RockTape Kinesiology Tape

November 22, 2013

Most of the group tours I've participated in over the years have had at least one rider suffering from either knee, shoulder, or achilles-tendon pain. Having been that rider on a couple of occasions, I can understand how that can ruin an experience. Aside from ice and handfuls of "vitamin I," there really wasn't much for me to do until the trip wrapped up. Afterwards it would be rest and a trip to the cycling-specific physical therapist, where my riding position would be looked at, and I would be given kinesiotape in the meantime.

The idea behind kinesiotape it is that it holds your joints in a way that encourages a more proper movement when engaging in physical activity. When applied correctly, it can also lift the skin slightly around sensative areas to relieve pressure and encourage blood flow that can aid in the recovery process. Kinesiotape is something I thought was only readily available to physical therapists, but this past spring Rocktape came out with a consumer-ready version of kinesiotape.

Unlike the tape you would get from a physical therapist, Rocktape is not cut to ready made shapes and lengths. This means you'll have to have some scissors at the ready, and application time might take a little longer, but when you get the system dialed the process goes pretty smoothly. To ensure that you tape yourself properly, Rocktape has an impressive library of instructional videos, in addition to some great print material to help you out. I would still recommend visiting a physical therapist at some point, but if you're on the road in Dubois, Wyoming, this is a pretty good option. I was able to get a couple of days out of each tape job before I had to apply it again.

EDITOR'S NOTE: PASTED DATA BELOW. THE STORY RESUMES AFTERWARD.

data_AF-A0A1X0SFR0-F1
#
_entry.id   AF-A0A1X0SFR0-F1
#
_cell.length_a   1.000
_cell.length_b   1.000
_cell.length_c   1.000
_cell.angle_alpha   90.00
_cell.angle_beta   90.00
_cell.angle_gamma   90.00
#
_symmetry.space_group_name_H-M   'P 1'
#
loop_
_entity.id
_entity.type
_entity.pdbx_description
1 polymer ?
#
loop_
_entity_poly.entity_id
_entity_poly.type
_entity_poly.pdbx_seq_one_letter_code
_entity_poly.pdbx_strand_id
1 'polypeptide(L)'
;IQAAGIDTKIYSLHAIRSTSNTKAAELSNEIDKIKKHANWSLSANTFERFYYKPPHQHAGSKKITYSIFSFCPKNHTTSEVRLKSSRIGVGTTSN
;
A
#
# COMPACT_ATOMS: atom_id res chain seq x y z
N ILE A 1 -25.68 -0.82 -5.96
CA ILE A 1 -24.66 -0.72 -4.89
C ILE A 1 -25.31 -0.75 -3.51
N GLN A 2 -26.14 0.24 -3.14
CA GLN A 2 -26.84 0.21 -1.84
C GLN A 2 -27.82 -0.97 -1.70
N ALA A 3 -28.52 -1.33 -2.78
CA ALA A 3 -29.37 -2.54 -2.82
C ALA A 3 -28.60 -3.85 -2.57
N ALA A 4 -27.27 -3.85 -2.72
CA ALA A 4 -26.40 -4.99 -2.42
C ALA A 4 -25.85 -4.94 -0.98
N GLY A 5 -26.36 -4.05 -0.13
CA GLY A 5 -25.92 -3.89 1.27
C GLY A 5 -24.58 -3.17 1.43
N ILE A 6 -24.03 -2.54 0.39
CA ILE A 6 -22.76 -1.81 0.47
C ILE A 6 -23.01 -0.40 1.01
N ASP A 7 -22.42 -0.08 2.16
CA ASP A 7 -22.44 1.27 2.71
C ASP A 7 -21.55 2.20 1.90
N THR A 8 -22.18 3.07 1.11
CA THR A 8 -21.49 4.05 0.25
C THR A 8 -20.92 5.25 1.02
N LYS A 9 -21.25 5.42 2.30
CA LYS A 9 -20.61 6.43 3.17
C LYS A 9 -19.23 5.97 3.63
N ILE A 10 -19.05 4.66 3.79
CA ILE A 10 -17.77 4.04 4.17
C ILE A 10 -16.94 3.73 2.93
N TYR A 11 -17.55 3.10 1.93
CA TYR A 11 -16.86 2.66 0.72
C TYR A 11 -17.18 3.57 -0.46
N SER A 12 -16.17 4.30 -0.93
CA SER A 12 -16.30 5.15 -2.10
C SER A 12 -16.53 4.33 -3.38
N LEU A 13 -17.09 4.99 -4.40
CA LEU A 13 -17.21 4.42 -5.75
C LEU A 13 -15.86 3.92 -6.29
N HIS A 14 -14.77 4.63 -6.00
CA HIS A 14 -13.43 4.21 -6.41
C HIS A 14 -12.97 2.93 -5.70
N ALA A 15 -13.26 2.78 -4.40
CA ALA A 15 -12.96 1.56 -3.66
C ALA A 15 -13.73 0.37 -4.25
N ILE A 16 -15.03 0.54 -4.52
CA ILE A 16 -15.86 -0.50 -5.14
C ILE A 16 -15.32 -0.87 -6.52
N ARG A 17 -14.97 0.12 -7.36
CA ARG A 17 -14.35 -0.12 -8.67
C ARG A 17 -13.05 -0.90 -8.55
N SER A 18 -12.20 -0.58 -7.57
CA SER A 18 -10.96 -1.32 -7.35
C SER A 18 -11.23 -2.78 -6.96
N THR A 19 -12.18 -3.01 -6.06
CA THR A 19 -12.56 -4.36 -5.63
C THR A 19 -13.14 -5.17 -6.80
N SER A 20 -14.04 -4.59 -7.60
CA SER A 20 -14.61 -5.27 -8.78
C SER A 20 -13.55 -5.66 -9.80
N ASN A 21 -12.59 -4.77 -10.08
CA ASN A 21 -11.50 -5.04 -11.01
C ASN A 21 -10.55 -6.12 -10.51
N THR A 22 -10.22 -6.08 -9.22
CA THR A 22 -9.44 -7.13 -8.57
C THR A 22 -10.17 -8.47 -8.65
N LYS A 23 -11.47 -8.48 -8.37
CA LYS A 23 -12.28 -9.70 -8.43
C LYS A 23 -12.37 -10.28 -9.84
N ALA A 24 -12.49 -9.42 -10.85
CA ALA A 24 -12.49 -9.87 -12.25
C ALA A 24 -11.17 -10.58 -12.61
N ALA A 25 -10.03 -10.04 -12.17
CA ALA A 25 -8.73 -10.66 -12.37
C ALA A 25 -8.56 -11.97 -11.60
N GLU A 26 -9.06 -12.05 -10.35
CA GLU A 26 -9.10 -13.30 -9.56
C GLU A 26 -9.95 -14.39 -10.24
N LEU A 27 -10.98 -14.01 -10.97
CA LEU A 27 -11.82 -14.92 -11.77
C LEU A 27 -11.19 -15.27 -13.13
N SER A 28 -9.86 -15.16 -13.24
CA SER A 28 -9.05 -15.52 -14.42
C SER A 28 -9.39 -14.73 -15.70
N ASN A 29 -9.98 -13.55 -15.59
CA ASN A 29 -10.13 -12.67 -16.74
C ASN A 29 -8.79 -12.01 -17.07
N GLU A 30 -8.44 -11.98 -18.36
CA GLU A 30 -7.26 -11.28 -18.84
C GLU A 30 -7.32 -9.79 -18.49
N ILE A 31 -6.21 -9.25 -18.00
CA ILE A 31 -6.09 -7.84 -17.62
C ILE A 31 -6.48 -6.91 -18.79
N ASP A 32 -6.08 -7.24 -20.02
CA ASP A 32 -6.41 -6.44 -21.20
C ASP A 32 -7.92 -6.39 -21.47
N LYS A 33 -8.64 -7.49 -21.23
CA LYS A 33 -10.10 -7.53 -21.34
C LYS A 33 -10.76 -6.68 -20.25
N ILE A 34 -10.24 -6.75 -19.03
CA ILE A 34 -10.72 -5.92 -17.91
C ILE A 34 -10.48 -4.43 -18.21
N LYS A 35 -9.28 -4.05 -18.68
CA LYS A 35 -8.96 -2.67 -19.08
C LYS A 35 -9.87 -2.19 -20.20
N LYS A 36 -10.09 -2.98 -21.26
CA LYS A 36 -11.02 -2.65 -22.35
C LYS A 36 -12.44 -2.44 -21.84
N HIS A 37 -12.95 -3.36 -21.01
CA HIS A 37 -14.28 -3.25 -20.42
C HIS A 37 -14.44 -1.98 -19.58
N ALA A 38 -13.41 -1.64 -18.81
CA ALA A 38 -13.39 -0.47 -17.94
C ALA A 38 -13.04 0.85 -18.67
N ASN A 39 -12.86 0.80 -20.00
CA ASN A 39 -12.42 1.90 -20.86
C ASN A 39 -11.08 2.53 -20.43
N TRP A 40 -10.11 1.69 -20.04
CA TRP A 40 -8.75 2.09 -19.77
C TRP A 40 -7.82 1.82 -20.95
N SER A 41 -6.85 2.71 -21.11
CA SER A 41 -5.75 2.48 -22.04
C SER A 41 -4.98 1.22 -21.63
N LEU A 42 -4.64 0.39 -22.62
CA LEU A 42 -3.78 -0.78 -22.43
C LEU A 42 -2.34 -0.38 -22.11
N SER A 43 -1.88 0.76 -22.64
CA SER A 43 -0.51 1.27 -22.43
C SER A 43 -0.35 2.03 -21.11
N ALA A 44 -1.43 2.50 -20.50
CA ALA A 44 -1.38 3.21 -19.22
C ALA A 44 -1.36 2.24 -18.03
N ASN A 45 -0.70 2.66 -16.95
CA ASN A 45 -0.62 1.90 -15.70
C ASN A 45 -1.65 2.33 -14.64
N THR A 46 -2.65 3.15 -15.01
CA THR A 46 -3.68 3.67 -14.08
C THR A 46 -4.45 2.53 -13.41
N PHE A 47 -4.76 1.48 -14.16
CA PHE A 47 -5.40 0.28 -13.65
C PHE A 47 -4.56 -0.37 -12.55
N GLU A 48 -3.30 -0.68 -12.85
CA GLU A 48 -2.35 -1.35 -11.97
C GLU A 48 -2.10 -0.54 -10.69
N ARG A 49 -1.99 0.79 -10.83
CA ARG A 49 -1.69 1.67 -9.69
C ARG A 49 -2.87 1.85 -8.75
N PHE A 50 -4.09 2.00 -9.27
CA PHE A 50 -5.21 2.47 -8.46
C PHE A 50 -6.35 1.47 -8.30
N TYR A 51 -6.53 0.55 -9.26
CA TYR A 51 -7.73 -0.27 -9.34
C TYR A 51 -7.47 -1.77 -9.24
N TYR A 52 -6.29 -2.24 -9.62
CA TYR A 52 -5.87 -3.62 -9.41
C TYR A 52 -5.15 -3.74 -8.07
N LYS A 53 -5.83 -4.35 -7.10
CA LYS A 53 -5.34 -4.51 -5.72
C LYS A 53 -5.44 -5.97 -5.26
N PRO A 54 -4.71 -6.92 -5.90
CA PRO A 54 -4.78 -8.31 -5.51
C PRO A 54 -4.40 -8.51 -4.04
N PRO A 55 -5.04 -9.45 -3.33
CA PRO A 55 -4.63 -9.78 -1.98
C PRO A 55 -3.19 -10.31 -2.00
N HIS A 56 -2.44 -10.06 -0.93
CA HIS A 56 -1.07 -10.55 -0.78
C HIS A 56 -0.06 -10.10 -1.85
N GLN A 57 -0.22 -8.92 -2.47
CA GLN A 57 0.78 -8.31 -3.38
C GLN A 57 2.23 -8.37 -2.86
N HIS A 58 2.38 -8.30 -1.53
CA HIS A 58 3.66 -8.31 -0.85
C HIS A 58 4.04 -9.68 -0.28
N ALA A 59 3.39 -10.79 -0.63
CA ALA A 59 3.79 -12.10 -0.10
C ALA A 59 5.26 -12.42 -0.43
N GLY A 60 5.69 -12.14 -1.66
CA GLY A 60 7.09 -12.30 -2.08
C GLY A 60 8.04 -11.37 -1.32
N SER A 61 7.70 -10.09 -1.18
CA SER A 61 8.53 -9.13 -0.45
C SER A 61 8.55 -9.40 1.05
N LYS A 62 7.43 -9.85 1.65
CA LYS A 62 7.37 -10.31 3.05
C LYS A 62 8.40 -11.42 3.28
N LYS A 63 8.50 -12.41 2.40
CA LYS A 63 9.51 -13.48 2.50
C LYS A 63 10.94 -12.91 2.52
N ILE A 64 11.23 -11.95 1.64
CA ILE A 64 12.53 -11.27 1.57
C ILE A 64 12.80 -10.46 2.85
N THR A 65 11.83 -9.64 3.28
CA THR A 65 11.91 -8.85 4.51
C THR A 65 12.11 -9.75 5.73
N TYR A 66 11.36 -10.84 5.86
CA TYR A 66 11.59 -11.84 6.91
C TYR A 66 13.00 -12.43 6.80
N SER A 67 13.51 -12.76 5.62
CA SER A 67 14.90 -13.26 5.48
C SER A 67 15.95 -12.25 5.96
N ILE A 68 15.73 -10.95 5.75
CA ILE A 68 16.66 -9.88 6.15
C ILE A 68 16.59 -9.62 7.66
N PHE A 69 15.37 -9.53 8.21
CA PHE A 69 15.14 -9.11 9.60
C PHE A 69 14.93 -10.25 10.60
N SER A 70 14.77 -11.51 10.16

Rocktape is made with a latex free, hypoallergenic adhesive, so those of you with sensative skin should be in good shape. It is available in widths ranging from 1-inch up to 4-inches and in a wide variety of design patterns. Depending on the width you purchase, price can range from $20 to $40 per roll, so you might want to stick to duct tape for your everyday tape uses. That being said, as we move into the holiday season, I'm looking forward to testing this out as a madeshift girdle.

TOURING GEAR & TIPS is written by Joshua Tack of Adventure Cycling's memberservices department. It appears weekly, highlighting technical aspects of bicycle touring and advice to help better prepare you for the journey ahead. Look for Josh's "Fine Tuned" column in Adventure Cyclist magazine as well.



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